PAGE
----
What does ElBaradei want?

After spending most of yesterday at Cairo Airport covering Mohamed ElBaradei's return to Egypt, it's worth taking a step back from the infectious enthusiasm of his supporters and listening more carefully to what they say — and what people close to ElBaradei believe he intends to do.

A member of the ElBaradei family sporting this great home-made T-shirt.But before I do that, I think it's fair to note that yesterday's welcoming committee was a success. There were over 1,000 people at the airport, the story got covered everywhere, and it has legs. It energized his campaign, even if many were disappointed that ElBaradei did not speak at the airport. I think he probably should have, but the conditions there were not good: supporters and journalists were crushing each other, there was no platform, and too many people to be controlled easily. One important reason for the success of the welcome was its timing. I think it might be no coincidence that ElBaradei decided to return to Egypt on the day that Egypt faced its Universal Periodic Review at the UN Human Rights Council and the day that Barack Obama met with Egyptian democracy activists Gamal Eid and Bahai Eddin Hassan. There was a lot of international attention on the question of democracy and human rights in Egypt that day. The regime's propaganda may have scared off some (newspapers had reported on-the-spot fines of LE1,000 — $182 — and massive security presence, both of which were untrue) but plenty turned out and a repressive approach was simply not possible.

Back to the ElBaradei campaign's potential. The sense that I get is that most of his prominent supporters are focusing on the potential for ElBaradei to be a symbol, a loudspeaker for the Egyptian opposition's near-universal agreement on what needs to be changed in the country: an end to emergency laws and the police state, constitutional reform to make politics competitive, and an end to the Mubarak family's role in politics. It's not much more complicated than that, and the question of whether ElBaradei will, or even can, run for president really seems secondary to them. The same can be said for ElBaradei himself from the interviews he's given so far: he systematically downplays the prospect of his candidacy in favor of talking about systemic problems, going just short of criticizing Mubarak directly.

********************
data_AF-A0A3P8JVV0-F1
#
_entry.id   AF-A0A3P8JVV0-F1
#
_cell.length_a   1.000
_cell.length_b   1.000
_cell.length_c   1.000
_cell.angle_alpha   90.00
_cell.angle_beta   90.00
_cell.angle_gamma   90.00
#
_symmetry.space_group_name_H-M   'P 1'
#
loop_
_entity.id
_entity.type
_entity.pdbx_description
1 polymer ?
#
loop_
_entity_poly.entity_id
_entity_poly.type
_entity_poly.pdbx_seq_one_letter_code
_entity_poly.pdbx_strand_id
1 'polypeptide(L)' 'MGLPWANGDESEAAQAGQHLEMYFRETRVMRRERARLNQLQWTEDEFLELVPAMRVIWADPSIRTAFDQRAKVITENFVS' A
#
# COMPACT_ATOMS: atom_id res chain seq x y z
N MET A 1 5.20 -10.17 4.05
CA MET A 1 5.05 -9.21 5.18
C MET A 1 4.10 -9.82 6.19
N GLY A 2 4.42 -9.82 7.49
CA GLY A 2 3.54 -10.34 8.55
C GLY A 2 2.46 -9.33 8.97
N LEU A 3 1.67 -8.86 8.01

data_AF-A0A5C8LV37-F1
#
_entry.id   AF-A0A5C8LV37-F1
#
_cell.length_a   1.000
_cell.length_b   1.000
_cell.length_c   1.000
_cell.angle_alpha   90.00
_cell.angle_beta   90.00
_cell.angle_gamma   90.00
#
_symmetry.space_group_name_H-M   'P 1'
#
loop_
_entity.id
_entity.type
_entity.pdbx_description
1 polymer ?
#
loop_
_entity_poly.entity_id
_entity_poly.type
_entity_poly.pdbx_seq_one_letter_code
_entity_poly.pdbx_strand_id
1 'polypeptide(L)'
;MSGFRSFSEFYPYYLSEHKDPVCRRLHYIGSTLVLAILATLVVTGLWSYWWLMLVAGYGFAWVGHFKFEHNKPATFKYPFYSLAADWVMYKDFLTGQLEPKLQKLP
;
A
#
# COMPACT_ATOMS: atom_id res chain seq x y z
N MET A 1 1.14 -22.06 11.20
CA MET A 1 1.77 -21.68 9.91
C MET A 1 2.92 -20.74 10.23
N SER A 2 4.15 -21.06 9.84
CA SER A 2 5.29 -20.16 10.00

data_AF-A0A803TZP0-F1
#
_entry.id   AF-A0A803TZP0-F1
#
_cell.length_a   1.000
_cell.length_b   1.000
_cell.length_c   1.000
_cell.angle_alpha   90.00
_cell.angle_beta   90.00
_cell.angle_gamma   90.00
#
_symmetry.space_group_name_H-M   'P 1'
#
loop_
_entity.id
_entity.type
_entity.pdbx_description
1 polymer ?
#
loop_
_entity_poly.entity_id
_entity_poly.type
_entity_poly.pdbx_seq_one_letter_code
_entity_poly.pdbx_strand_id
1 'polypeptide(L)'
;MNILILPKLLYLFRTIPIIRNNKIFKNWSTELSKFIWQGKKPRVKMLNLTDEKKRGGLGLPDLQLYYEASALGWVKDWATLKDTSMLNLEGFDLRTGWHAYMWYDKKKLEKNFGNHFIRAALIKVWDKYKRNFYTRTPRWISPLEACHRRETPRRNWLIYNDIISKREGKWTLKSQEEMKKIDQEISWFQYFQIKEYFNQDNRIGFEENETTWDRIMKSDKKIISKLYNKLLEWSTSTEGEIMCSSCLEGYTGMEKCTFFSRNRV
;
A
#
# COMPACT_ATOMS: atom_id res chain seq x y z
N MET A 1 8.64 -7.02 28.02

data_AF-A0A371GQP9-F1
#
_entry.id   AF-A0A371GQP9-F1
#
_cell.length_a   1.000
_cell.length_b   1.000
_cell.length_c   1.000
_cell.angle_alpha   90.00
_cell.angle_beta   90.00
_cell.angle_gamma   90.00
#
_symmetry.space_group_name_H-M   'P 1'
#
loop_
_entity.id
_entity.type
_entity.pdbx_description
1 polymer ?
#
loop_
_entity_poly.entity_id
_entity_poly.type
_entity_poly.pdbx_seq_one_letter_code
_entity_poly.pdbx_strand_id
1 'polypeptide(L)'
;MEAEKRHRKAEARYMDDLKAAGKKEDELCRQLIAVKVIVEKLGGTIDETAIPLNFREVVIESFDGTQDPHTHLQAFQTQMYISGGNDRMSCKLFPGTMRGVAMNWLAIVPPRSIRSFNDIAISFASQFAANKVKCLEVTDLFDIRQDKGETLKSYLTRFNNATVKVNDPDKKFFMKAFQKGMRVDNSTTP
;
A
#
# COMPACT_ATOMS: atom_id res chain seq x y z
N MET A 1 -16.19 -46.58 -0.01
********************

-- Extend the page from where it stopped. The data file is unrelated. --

Although there's obviously a lot of support for the ElBaradei campaign on and off-line, there are also critics. I'll skip over those who want to defend the regime, particularly as they made fools of themselves in the early attacks on ElBaradei in December, although among pro-regime individuals I think the writings of al-Ahram chairman Abdel Moneim Said may give us the most reasonable criticism of the ElBaradei campaign, especially when compared to the reprehensible attacks of his colleague, al-Ahram editor-in-chief Osama Saraya.

Among ordinary folk and a few politicos, there are a few common issues that do come up.

First, there are the people who don't like ElBaradei, his record at the IAEA, find him boring, too close to the regime, too aloof from Egypt's problems, etc. That's their right, although I think these people miss the potential transformative power of the campaign behind him — more about that below.

Second, there are those who dismiss the whole thing as ridiculous. An American academic friend — someone extremely knowledgeable about Egyptian politics — wrote in an email discussion with a few other experts recently:

These days people seem to be placing their hopes in miraculous changes that defy all prior empirical experience.

I would place expectations of Obama pursuing progressive policies and speculation about El-Baradei contesting the Egyptian presidency in that category.

Well, of course: Egypt has been a military and police dictatorship since 1952, its current president has been able to stay in power for 29 years, political activity is extremely limited and comes at a high cost for those who engage in it, and there is basically no history of a successful popular campaign to bring about political change. Obviously ElBaradei has at best a long shot chance at making a difference. The question is then whether it's worth trying at all, and whether the campaign around him may have some useful purpose, such as spreading the call for democratic reform, embarrassing the regime by raising the costs of electoral fraud and repression. Some of this type of criticism is basically cynicism, a position that is hardly constructive and offers no solutions.